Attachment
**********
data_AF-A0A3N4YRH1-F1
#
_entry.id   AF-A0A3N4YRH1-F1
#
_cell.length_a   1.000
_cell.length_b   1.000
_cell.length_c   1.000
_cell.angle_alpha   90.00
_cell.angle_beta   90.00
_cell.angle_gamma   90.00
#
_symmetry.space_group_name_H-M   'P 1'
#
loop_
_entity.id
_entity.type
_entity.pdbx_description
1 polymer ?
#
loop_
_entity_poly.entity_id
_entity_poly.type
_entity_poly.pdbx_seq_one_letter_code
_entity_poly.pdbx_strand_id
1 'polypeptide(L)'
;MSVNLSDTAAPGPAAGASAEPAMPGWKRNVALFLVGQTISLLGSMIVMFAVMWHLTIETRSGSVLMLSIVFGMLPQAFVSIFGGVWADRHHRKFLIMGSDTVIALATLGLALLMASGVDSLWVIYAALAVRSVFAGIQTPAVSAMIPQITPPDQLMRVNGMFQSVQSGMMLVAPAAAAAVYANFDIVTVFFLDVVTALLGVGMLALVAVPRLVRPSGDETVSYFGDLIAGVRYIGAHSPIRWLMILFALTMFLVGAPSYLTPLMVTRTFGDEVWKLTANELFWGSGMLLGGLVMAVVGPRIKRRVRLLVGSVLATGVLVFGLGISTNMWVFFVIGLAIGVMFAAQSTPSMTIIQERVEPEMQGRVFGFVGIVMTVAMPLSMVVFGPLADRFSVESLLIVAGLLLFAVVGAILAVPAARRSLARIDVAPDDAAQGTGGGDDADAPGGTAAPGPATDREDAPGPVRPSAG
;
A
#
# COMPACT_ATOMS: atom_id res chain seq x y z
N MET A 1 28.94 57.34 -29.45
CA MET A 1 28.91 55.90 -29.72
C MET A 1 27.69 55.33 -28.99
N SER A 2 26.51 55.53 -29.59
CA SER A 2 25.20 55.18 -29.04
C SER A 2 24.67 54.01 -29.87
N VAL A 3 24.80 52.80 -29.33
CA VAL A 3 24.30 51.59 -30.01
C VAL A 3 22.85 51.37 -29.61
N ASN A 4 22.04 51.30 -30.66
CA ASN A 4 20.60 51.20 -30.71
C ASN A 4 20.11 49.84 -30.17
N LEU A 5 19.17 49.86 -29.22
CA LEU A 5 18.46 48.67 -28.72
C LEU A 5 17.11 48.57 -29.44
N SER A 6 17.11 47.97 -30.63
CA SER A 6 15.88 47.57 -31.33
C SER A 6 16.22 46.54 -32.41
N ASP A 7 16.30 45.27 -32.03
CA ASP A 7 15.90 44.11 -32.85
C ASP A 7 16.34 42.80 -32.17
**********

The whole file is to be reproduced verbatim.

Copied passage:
data_AF-A0A3N4YRH1-F1
#
_entry.id   AF-A0A3N4YRH1-F1
#
_cell.length_a   1.000
_cell.length_b   1.000
_cell.length_c   1.000
_cell.angle_alpha   90.00
_cell.angle_beta   90.00
_cell.angle_gamma   90.00
#
_symmetry.space_group_name_H-M   'P 1'
#
loop_
_entity.id
_entity.type
_entity.pdbx_description
1 polymer ?
#
loop_
_entity_poly.entity_id
_entity_poly.type
_entity_poly.pdbx_seq_one_letter_code
_entity_poly.pdbx_strand_id
1 'polypeptide(L)'
;MSVNLSDTAAPGPAAGASAEPAMPGWKRNVALFLVGQTISLLGSMIVMFAVMWHLTIETRSGSVLMLSIVFGMLPQAFVSIFGGVWADRHHRKFLIMGSDTVIALATLGLALLMASGVDSLWVIYAALAVRSVFAGIQTPAVSAMIPQITPPDQLMRVNGMFQSVQSGMMLVAPAAAAAVYANFDIVTVFFLDVVTALLGVGMLALVAVPRLVRPSGDETVSYFGDLIAGVRYIGAHSPIRWLMILFALTMFLVGAPSYLTPLMVTRTFGDEVWKLTANELFWGSGMLLGGLVMAVVGPRIKRRVRLLVGSVLATGVLVFGLGISTNMWVFFVIGLAIGVMFAAQSTPSMTIIQERVEPEMQGRVFGFVGIVMTVAMPLSMVVFGPLADRFSVESLLIVAGLLLFAVVGAILAVPAARRSLARIDVAPDDAAQGTGGGDDADAPGGTAAPGPATDREDAPGPVRPSAG
;
A
#
# COMPACT_ATOMS: atom_id res chain seq x y z
N MET A 1 28.94 57.34 -29.45
CA MET A 1 28.91 55.90 -29.72
C MET A 1 27.69 55.33 -28.99
N SER A 2 26.51 55.53 -29.59
CA SER A 2 25.20 55.18 -29.04
C SER A 2 24.67 54.01 -29.87
N VAL A 3 24.80 52.80 -29.33
CA VAL A 3 24.30 51.59 -30.01
C VAL A 3 22.85 51.37 -29.61
N ASN A 4 22.04 51.30 -30.66
CA ASN A 4 20.60 51.20 -30.71
C ASN A 4 20.11 49.84 -30.17
N LEU A 5 19.17 49.86 -29.22
CA LEU A 5 18.46 48.67 -28.72
C LEU A 5 17.11 48.57 -29.44
N SER A 6 17.11 47.97 -30.63
CA SER A 6 15.88 47.57 -31.33
C SER A 6 16.22 46.54 -32.41
N ASP A 7 16.30 45.27 -32.03
CA ASP A 7 15.90 44.11 -32.85
C ASP A 7 16.34 42.80 -32.17